Grantee Seminar Dates for 2014

As in past years, the Trust will hold a series of Grantee Seminars for new grant recipients in April. You may choose from the following dates, time and venue that best suits your needs:

  • Grand Island on April 14,10:00 a.m. to 2:00 p.m. at the Central Platte NRD Office, 215 Kaufman Avenue
  • Lincoln on April 15, 9:30 a.m. to 1:00 p.m. at the Ferguson House, 700 South 16th Street
  • North Platte on April 16, 12:00 noon to 3:30 at Mid-Plains Community College, 1101 Halligan Drive
  • Lincoln on April 18, 9:30 a.m. to 1:00 p.m. at the Ferguson House, 700 South 16th Street

Grant recipients will be receiving a letter from the Trust about the grantee seminars. The grantee seminars are intended to help grantees manage their grants in an effective and efficient manner. For any questions, you may call Allison Alley at 402-471-5417.


Joslyn Institute Begins Work in Minden, Broken Bow and Lincoln - submitted by Joslyn Institute

The Joslyn Institute for Sustainable Communities (JISC) has announced partnerships with groups in Minden, Broken Bow and Lincoln in its new grant-funded program to help foster and facilitate targeted communication strategies and deliberative, democratic decision-making surrounding specific issues in which each community is now involved. The two-year program, funded by the Nebraska Environmental Trust, is headed by Dr. Jay Leighter, Associate Professor of Communication Studies at Creighton University and a member of the JISC board of directors.

"Our inquiry is entirely collaborative," said Leighter. "It is based on these local leaders' desire to investigate their typical communications processes—everyday interactions between citizens and their city government, for example— and to how communications strategies can lead to both improved communications and more sustainable conditions and outcomes."

After a series of discussions about the aims of the project with leaders and stakeholders across the state, these three communities agreed to join JISC as collaborators in the project. The three communities—Minden, Broken Bow and Lincoln—have distinct geographical and demographic differences, with different sets of issues and with varying capacities in place to address such issues.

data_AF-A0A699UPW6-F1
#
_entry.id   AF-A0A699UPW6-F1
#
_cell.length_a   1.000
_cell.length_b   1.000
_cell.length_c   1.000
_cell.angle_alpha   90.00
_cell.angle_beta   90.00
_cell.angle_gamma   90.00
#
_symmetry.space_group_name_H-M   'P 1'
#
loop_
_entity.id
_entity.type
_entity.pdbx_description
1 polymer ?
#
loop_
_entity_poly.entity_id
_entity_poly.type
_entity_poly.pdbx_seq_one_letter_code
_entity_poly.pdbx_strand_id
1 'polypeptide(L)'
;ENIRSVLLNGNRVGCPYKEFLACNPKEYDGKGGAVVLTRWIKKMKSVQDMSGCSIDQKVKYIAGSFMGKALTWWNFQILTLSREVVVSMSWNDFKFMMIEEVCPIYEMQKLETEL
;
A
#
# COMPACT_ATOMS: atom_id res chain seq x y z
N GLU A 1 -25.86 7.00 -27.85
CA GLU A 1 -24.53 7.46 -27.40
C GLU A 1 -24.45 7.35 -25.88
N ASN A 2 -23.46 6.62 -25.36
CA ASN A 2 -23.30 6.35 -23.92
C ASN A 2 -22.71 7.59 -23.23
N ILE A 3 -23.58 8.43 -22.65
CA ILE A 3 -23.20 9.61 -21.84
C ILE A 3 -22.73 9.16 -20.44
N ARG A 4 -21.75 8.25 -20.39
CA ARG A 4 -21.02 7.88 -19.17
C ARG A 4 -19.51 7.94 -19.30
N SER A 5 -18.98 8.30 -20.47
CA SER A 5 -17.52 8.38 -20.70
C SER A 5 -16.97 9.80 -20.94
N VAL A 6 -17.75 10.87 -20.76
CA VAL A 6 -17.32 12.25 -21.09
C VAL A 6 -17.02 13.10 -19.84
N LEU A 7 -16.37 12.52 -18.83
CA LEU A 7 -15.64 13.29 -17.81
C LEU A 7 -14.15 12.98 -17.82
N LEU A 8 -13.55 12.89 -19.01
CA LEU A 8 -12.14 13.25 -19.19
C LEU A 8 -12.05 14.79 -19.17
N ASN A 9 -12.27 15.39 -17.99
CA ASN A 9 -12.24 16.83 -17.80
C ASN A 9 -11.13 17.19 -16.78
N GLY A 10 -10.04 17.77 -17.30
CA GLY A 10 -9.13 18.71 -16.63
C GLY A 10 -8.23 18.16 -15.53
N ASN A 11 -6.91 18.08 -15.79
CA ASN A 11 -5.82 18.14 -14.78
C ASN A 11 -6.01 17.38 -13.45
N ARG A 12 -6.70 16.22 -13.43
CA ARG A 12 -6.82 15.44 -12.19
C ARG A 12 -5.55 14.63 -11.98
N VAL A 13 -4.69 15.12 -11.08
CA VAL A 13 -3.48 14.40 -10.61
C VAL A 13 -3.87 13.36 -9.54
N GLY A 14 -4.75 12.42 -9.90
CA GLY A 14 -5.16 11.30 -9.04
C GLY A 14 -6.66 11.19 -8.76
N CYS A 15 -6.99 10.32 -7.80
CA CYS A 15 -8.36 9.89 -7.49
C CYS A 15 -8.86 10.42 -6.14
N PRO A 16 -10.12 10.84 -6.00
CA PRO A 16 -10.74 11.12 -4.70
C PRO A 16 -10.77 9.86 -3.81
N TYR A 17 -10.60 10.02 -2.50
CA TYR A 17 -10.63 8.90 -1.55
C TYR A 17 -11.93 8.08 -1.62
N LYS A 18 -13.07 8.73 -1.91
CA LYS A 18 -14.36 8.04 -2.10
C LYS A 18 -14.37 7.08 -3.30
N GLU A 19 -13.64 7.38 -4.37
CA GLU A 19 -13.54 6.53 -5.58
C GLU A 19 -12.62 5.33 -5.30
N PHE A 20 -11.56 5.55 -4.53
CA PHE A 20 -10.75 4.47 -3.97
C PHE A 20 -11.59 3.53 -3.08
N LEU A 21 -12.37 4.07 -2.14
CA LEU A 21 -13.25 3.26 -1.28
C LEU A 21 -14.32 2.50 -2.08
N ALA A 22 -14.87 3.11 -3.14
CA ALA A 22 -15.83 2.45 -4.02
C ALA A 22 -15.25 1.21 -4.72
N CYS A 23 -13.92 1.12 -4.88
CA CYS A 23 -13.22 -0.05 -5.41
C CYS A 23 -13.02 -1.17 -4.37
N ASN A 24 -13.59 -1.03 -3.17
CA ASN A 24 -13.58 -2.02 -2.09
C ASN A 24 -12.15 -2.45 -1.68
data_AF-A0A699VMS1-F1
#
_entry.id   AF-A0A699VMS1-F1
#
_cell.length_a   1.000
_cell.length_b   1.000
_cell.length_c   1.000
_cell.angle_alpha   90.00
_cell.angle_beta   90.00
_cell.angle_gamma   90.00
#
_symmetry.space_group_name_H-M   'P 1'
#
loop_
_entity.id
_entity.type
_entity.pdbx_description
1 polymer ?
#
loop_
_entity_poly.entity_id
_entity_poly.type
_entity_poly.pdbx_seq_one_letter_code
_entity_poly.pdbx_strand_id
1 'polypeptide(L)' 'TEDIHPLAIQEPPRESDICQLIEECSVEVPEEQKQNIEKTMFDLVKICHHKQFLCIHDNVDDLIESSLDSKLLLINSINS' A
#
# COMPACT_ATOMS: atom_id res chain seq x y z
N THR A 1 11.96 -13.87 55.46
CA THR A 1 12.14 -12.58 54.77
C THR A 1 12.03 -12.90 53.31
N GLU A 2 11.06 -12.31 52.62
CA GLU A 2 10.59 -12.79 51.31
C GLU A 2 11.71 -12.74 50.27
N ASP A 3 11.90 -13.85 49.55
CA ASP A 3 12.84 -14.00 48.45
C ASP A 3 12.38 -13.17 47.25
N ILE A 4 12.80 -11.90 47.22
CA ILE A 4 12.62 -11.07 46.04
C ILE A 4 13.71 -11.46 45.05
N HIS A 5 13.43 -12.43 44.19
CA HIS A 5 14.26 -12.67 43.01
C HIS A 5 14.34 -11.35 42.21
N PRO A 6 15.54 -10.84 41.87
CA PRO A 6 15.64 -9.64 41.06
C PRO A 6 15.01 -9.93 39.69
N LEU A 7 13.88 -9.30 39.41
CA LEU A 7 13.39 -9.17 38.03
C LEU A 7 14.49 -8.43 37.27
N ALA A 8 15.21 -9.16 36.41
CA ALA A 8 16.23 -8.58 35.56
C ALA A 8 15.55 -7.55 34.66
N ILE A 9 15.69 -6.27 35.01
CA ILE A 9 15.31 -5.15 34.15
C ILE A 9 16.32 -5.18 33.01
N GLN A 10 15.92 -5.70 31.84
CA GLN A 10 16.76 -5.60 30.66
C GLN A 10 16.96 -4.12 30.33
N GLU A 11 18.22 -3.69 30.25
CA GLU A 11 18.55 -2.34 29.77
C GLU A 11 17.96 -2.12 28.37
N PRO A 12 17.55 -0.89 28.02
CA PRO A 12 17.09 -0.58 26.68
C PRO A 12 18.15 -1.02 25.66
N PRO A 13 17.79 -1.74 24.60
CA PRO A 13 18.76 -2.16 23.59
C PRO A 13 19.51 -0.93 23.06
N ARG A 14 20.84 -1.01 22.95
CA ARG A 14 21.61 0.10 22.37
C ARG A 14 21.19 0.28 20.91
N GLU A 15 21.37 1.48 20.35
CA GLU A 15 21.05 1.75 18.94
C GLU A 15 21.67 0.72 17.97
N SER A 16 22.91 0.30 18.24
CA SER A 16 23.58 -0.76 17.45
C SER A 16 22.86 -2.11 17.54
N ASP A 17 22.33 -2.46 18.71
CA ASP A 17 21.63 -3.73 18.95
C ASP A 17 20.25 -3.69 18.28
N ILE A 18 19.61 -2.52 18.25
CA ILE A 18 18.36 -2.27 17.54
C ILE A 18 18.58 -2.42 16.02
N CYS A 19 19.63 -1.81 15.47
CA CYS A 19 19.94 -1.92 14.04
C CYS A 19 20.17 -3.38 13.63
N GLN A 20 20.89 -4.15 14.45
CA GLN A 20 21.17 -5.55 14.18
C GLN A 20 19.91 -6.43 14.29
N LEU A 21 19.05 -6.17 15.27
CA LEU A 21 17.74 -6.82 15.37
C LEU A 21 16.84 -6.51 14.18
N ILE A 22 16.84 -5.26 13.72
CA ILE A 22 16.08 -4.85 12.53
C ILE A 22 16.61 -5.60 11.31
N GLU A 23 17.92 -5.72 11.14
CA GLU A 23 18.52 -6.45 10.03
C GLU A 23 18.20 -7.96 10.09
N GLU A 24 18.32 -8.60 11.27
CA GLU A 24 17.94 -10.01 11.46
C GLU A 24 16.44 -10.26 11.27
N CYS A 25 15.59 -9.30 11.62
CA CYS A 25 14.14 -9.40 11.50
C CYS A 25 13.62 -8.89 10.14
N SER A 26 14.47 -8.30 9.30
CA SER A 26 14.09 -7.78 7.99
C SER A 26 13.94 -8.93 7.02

"Because the challenges we will be addressing in each community are different," said Leighter, "we want to be able to understand and evaluate local communication strategies. We hope by doing so, we will be able to develop new communication strategies that will have an impact on sustainability outcomes. What we want is innovative practices that drastically improve decision-making capacity on sustainability issues in a given community."

In Minden, JISC will work with the City of Minden and City Administrator and Finance Director Matthew Cedarburg to address citizen concerns about high electric utility rates. This recurring issue is an opportunity for communication strategy facilitation, according to Leighter. How residents understand the concept of energy has bearing on how receptive they are to accessing the programs that may benefit them most.

JISC's project is also attempting to connect with ongoing sustainability efforts in the region. Minden is already a participant community in a Nebraska City/Council Management Association (NCMA) project seeking funding to assess opportunities for low-energy housing. If funded, the results of Joslyn Institute's partnership will give Minden a jumpstart on projects such as the one led by the NCMA.

In Broken Bow, JISC, in partnership with WasteCap Nebraska, will work with Broken Bow's Green Coalition as it works to build support for Zero Waste in the community. What does the community regard as waste and how can its residents be persuaded to begin to understand waste as a resource? The goal of the partnership with WasteCap Nebraska is to facilitate community-wide education on waste streams and, potentially, begin to implement long-term waste reduction plans. If successful, this program also has the possibility of being utilized in other Nebraska communities.